Titles and certificates are a fool's ruse. You want the knowledge, not the certificate, including the knowledge of the institutional flaw of the certificate-issuing empire.

The mentioned metaphorical "boxes" were created by power-based institutions to fool people out of questioning the contradictions of the institutions and their self-stagnated leaders-in-their-box.

So form your own volunteer mountain rescue groups, for the knowledge you will learn, including the knowledge derived from the government agencies commonly ignoring or attacking your group to defend the budget excuses of their unquestioning certificate-holding rescue bureaucracies.

The latter is the more useful knowledge.

The climbing guides seek money, not the knowledge of the mountains that they do not hold despite their laughable lies to fool foolish clients. They do not take full camps to the summit, and do not form their own rescue groups, etceteras, the cost of money.

No problem. Let them derive their money at its cost, and enjoy the show, as this forum offers, while you learn from the questions you ask of them and yourself.

Or something of that general altitude, there around the corner, under the cornice.

DougBuchanan.com

tom woods

Gym climber
Bishop, CA
Mar 2, 2009 - 12:35am PT
Doug, you're arguing theory of knowledge type of stuff. I dig it, but it but people like rubber meets the road stuff, so to speak.

If you ever end up here in Bishop, give a me a ring, we'll crack a few beer and stay up all night, talking about these things, while we drive everyone else nuts. Been there, done that enough to know I like it, but it doesn't go over well.

I don't know Rox, I agree with most of what you are saying and I don't agree with people attacking you for it, but in my book, the rescuer can do no wrong, even when they screw up.

I've been in a lot of situations where I am thinking "if this doesn't work, we are f*#ked." There is no plan B, but I've always been lucky. Maybe these guys went up with the best case scenario in mind, and got f*#ked. They carry that weight. Us folks out here on the Taco don't. They know more then we do, unless they are total as#@&%es, which they are likely not because they climbed the dang peak to find these people.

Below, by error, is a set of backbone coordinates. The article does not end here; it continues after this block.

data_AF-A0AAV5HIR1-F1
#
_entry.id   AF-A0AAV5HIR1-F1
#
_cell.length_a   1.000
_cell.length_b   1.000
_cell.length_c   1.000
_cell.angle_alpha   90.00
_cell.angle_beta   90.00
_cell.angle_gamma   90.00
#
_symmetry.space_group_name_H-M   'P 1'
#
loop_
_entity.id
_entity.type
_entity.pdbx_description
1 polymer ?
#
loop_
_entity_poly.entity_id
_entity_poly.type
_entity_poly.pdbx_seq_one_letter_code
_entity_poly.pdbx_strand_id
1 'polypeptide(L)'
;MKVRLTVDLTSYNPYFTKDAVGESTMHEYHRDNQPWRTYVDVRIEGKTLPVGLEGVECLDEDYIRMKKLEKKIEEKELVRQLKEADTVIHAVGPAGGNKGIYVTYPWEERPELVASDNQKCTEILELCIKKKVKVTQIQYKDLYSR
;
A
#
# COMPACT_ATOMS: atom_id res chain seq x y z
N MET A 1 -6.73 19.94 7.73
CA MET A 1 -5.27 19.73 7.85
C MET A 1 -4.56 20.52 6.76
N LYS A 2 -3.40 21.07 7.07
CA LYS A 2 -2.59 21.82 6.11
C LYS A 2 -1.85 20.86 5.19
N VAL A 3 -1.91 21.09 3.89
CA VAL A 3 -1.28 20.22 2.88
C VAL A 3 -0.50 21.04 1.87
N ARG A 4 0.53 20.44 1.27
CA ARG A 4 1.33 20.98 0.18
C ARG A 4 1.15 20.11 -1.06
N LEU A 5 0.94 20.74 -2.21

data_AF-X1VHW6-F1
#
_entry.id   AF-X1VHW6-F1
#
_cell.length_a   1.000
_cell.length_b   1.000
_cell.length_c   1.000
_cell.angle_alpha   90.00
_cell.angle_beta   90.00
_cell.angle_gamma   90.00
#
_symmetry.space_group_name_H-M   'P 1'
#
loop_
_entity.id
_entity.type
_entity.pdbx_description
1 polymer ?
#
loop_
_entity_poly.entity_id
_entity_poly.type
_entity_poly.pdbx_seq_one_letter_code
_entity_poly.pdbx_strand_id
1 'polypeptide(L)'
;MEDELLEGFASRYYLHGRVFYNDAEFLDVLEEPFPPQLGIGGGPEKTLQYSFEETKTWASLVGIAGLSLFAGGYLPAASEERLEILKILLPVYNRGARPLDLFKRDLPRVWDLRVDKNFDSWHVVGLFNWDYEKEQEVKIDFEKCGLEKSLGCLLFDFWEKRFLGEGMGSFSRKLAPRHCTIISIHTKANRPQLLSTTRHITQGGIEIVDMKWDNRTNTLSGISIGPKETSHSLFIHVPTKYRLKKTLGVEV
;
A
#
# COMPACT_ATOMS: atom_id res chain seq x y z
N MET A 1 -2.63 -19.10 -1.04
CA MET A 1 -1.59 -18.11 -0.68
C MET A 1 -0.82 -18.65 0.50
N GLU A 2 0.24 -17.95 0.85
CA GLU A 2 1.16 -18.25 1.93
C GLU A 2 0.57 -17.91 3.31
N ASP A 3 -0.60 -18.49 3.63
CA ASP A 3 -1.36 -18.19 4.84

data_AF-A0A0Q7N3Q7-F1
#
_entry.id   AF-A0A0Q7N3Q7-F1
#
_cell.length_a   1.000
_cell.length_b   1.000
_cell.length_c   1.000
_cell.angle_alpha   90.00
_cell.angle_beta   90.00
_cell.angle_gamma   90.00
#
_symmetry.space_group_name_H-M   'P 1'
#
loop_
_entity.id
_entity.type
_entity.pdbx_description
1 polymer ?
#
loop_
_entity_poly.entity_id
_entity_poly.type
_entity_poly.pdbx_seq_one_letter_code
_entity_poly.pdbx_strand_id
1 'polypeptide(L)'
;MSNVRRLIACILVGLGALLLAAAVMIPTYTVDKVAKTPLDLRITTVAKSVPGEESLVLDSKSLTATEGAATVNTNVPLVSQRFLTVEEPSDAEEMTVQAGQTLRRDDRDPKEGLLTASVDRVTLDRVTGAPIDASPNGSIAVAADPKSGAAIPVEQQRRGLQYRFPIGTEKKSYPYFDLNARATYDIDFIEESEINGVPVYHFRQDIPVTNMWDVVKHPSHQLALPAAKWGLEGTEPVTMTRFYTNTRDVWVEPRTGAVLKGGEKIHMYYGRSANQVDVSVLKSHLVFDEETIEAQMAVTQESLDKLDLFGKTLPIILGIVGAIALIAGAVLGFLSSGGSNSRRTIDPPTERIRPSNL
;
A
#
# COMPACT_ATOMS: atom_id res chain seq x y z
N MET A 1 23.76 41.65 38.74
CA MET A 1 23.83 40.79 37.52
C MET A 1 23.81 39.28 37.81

Me? I just think we can do better as a group.

You always hear that sh#t on Everest, you can't rescue people up there. I just don't buy it.

It might be hard- all rescue is hard, but there have to be ways to do it. Right now, all the real high altitude rescue work is done by a collection of guides, sherpas, and volunteers. You see that welsh guy dying up on Everest for three days, slowly freezing his body parts off, but with a core of humnanity that stays warm. Climbers pass him by, some try to help, others don't.

What if every climber on the mountain were organized to try to help, ferrying loads, and taking turns dragging the guy down? What if there was a team dedicated to the purpose? How would they do it?

When people say it can't be done, it sounds like a cop out, in other words I don't want to do it. They got themselves in that trouble, it' their fault.

I am not a strictly religious man, but I've always been partial to "there but by the grace of god go I." In other words, that coulda' been me. Sh#t happens, and there may not be any rhyme or reason to it.

Also Rox, have you seen a viable response to why someone couldn't camp/bivi up there?

If I could make a point, even here at the end of a ramble, is that there is a difference between a climb and a rescue.

They don't have ropes on that route- who cares? You don't need the rope for a climb, but you damn well might for a rescue.

No tent because there are huts- with some one who may crawl 50 meters an hour, you might not get to a hut.

Think before you leave the gate.
nicolasC

climber
Mar 2, 2009 - 08:58am PT
Rokjox,

I understand your emotion and your will to speak for the missing.
You do raise some questions which deserve answers, but are we capable of providing you with answers which are 100% true to all of your questions? Are you capable of accepting what you hear? I am not sure of either.

I encourage you to read (use google translate or yahoo babelfish)
the testimonials of the rescuers, the interviews of the rescuees and of the helicopter pilot who was able to bring rescuers to camp1 the first day, and then locate the party on day 2.

http://www.alborde.com.ar/montania1/montanismo136.html.

Federico Campanini gave all he could to his clients. If all but one are alive today, it is because he did his best to organize their survival. (in the fine tradition of guiding)

Rescuers did triage and maximized the amount of people they could rescue. Some of the rescuers are suffering from frostbite sustained because of the mission they gave themselves.

The video show rescuers asking for permission to abandon the guy. That permission was denied to them. Between the 2 professionals and 3 fellow climbers, the 5 of them continued to try to save him. In the end, only the 2 pro stayed with Federico. I can not imagine that any of the 5 did not care for him.
Brandon Lampley

Mountain climber
Boulder, CO
Mar 2, 2009 - 09:21am PT
Well, I am here in Argentina, have spent much of the past month on Aconcagua, and by chance presence have participated in their rescue regime.